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Speed skater Ireen Wust of the Netherlands skates her way to the gold in the women's 3000m in Sochi on Sunday.
The Dutch proved their long-track speed skating dominance again Sunday in the women's 3000m, as Ireen Wust claimed another gold medal eight years after winning her first in Turin.
The silver went to 2010 gold medalist Martina Sablikova of the Czech Republic — but while the top spots on the podium went to earlier Olympic champions, Russia's own Olga Graf took the bronze in what may have marked the event's biggest surprise.
Graf, 30, a former karate expert turned speed skater, secured the Winter Games' host country its first Olympic medal yet when she sailed into the lead well into the competition's pairs skates.
She also set the pace for the Olympic champions who followed her, finishing in 4:03.47 — a time not even the world's most decorated Olympic speed skater, Germany's 41-year-old Claudia Pechstein, managed to top. (Pechstein came in fourth after facing in her final laps.)
Defending gold medalist Sablikova surpassed that time skating just afterward, skating the race in 4:01.95. After her, Wust skated in a time of 4:00.34 — making for a repeat of the the feat she accomplished in Turin at just 19 years old.
The king and queen of the Netherlands were again in the crowd, just as they were the day before when Sven Kramer took gold in the men's 5,000. The royal couple saw another winning performance by their speedskating-mad nation.
The Dutch have now captured 29 Olympic golds, pulling even with the United States for the most victories in the sport.
Wust kept holding up three fingers — the nails painted red, white and blue to symbolize the Dutch flag — after taking the third gold medal of her Olympic career. She even went sliding on her rear to celebrate, the only time she stumbled all day.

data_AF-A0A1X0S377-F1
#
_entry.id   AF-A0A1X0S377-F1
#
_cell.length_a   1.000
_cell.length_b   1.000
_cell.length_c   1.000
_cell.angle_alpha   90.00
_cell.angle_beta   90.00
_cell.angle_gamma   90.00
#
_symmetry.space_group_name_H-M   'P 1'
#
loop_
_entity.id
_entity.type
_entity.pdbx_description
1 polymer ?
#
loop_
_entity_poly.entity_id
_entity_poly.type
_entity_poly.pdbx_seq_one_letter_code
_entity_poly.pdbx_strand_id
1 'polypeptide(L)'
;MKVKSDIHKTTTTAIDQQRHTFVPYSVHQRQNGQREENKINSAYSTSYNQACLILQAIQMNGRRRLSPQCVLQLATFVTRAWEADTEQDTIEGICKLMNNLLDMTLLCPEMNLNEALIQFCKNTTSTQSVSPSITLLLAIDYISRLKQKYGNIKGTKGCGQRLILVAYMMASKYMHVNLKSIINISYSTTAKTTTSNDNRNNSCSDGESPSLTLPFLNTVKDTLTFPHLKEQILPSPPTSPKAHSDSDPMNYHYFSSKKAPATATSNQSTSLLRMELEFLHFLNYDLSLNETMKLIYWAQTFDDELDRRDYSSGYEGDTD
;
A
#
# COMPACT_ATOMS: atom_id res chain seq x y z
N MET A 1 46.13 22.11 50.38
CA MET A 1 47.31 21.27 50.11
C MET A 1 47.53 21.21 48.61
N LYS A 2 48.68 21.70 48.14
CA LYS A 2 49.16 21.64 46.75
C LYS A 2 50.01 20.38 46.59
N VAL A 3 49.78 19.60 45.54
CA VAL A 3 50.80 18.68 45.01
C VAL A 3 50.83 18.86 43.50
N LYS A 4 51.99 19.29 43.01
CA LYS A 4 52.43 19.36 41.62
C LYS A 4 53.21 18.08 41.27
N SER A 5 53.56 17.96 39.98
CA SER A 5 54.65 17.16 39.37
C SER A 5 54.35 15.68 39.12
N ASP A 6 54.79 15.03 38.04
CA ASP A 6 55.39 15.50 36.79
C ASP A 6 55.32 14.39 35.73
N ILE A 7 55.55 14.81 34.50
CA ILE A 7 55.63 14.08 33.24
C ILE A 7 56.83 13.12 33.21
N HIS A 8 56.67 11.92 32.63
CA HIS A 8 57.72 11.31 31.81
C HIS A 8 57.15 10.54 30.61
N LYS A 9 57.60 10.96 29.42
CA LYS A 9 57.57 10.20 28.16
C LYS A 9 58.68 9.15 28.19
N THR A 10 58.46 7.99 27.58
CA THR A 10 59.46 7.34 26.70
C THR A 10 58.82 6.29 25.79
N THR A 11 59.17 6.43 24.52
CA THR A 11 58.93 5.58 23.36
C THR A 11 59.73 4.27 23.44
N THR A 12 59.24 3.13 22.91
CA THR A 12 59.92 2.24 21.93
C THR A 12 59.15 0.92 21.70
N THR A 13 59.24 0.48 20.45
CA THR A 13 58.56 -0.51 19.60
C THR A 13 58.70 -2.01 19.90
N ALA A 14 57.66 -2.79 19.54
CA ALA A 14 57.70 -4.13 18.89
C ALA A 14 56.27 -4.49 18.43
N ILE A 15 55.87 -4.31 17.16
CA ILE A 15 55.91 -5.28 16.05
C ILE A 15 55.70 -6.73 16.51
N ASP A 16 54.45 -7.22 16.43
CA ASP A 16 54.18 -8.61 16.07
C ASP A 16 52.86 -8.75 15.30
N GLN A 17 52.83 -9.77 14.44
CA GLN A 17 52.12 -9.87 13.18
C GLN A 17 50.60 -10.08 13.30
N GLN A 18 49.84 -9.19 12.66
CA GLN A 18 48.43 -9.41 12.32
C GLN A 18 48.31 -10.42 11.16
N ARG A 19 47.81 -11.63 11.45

The 27-year-old Wust has won gold at three straight Olympics, also capturing the 1,500 at the 2010 Vancouver Games.
"This is three in a row," she said. "This is great."
Wust came into Sochi as the skater to beat after taking the European allround title last month. She lived up to the billing, becoming the most decorated Dutch female Winter Olympian with three golds and a silver.
The other two medalists also celebrated wildly. Sablikova, who won gold in both the 3,000 and 5,000 at the Vancouver Games, didn't seem to mind giving back one of her titles to Wust. The Dutch skater took gold in the 3,000 at the 2006 Turin Games, Sablikova claimed the victory four years ago, and now it's Wust on top again.
"Wust was simply very fast today and nobody could fight her," Sablikova said.
No one was more thrilled than Graf, who glided around the rink on one skate like she was flying and nearly had an embarrassing moment when she began unzipping her skin-tight suit in the ecstasy of the moment — then zipped it back up quickly when she realized there was nothing on underneath.
Pechstein looked like a skater approaching her 42nd birthday, unable to channel her anger over missing the Vancouver Games into a medal-winning performance. She was suspended over abnormal blood levels, even though she had never failed a doping test and steadfastly denied any wrongdoing.
She'll have another chance for that 10th medal in the 5,000.
"Finishing fourth at 41, that isn't that bad," Pechstein said. "The ice quality was tough but it was the same for everyone. I didn't feel as old as I am. I'm feeling good about the 5k. I can still get my medal there."
Jilleanne Rookard of Woodhaven, Mich., who skated in the pairing with Graf, was the highest-finishing American. She took 10th out of 28 skaters in 4:10.02. Anna Ringsred of Duluth, Minn., was 27th.